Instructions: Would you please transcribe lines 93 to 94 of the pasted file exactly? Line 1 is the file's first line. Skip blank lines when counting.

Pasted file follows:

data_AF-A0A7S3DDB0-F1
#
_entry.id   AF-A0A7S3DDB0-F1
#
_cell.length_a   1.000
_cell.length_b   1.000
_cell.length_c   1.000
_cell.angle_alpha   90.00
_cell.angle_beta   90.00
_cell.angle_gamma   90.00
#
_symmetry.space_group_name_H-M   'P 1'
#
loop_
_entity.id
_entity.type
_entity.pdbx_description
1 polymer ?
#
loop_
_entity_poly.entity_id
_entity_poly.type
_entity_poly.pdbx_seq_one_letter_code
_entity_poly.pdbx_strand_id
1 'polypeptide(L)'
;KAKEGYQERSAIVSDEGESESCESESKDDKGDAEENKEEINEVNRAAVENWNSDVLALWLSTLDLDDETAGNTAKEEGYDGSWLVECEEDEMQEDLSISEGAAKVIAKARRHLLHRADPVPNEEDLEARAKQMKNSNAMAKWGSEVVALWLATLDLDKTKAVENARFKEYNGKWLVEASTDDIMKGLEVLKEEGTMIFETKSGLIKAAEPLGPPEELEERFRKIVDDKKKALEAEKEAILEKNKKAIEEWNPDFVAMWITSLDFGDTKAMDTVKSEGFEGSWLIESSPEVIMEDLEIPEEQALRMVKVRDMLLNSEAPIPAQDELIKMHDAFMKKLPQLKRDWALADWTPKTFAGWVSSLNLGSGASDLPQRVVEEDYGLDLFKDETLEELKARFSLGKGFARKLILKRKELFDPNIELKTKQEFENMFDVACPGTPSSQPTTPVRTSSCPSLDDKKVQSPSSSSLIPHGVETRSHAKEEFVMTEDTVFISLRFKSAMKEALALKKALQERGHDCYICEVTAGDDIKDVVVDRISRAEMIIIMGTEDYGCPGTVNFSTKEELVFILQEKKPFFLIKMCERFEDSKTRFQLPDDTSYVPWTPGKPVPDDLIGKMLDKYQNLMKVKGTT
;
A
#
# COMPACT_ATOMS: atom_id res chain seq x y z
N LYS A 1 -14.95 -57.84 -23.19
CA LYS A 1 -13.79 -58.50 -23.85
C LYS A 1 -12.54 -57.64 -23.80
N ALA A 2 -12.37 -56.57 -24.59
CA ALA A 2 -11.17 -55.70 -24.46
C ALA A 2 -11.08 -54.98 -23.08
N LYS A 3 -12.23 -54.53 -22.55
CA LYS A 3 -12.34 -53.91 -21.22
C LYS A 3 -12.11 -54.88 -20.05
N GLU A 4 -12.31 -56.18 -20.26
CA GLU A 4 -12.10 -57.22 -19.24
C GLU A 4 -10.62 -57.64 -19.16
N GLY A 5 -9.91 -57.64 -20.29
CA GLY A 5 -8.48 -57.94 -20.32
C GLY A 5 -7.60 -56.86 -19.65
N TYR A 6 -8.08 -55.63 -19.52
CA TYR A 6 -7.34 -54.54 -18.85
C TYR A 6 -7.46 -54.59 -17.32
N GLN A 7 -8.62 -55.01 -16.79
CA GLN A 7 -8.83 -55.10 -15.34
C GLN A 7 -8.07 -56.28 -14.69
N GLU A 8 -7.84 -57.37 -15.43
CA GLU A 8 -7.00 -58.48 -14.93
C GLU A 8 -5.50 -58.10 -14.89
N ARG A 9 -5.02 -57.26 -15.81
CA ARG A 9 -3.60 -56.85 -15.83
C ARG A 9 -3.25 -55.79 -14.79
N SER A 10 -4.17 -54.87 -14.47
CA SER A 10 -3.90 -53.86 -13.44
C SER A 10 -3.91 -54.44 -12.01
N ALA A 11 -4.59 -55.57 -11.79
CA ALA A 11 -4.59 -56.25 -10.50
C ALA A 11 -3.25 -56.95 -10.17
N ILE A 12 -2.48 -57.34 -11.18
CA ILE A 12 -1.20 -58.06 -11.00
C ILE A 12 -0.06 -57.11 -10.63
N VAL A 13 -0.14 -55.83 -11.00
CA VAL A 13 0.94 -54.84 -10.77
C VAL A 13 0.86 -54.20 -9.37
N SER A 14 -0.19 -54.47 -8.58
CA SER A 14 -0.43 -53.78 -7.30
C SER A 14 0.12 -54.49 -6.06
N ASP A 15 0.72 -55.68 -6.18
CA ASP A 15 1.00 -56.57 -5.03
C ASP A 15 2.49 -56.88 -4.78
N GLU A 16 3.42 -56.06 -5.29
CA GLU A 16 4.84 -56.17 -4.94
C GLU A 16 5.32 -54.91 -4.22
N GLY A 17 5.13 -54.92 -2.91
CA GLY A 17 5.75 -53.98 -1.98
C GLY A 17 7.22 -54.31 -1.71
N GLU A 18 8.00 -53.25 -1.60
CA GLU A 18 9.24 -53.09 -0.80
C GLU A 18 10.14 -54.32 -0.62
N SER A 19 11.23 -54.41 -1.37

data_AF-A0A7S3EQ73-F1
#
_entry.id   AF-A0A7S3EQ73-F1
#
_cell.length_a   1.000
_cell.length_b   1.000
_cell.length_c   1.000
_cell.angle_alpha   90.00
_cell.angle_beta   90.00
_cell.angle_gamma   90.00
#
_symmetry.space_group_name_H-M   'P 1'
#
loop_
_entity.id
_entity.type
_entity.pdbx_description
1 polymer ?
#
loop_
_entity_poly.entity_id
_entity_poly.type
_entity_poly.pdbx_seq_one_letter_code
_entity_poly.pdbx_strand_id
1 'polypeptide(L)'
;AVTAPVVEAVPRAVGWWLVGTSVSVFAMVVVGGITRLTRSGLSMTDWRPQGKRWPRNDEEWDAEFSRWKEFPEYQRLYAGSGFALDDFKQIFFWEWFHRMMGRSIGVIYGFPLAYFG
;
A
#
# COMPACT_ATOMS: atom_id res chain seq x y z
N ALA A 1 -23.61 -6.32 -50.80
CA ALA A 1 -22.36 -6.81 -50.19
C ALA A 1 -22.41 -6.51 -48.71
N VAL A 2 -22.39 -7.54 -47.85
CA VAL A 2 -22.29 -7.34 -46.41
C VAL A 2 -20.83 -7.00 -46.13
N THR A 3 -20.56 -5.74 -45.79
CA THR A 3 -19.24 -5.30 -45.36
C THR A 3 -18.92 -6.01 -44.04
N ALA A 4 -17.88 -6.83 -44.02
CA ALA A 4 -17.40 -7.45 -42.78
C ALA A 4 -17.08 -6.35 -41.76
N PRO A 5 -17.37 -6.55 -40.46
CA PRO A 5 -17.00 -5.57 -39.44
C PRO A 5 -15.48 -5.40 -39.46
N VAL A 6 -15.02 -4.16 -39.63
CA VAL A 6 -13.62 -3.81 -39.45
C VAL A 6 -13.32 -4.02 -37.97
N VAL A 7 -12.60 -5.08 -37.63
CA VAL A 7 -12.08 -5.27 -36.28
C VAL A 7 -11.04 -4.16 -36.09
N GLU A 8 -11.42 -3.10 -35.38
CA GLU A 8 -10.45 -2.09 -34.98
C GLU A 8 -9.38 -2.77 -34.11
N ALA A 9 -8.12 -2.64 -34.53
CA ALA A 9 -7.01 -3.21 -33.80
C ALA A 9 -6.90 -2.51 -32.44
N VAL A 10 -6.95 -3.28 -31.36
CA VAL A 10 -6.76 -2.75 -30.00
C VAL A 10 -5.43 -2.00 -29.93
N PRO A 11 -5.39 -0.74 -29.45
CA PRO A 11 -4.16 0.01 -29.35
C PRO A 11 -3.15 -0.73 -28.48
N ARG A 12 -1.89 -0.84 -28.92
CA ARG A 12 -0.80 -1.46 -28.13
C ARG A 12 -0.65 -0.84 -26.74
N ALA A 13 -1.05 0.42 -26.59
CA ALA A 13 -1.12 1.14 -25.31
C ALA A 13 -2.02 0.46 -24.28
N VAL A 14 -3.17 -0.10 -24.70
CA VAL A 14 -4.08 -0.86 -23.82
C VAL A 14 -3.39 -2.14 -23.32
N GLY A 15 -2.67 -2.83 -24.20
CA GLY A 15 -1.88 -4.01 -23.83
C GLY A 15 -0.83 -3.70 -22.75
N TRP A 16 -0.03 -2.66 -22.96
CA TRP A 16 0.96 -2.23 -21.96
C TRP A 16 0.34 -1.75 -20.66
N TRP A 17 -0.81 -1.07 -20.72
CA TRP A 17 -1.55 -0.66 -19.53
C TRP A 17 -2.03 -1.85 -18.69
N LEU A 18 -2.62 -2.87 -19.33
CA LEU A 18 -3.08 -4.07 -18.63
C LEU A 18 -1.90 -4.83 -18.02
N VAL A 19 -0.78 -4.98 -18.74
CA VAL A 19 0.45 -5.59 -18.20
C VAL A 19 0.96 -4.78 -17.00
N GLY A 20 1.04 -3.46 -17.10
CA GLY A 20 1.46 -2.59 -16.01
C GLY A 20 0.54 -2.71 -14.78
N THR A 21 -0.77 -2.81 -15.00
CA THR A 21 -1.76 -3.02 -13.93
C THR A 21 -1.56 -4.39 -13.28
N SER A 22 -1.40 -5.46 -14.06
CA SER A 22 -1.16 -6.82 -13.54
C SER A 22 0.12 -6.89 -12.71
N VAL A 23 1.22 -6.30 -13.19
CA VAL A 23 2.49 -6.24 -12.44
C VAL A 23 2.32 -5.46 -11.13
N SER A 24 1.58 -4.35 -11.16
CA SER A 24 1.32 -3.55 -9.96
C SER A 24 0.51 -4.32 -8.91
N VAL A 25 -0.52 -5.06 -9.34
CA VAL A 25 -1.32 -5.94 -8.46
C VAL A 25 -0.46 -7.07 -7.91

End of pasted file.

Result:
_cell.angle_alpha   90.00
_cell.angle_beta   90.00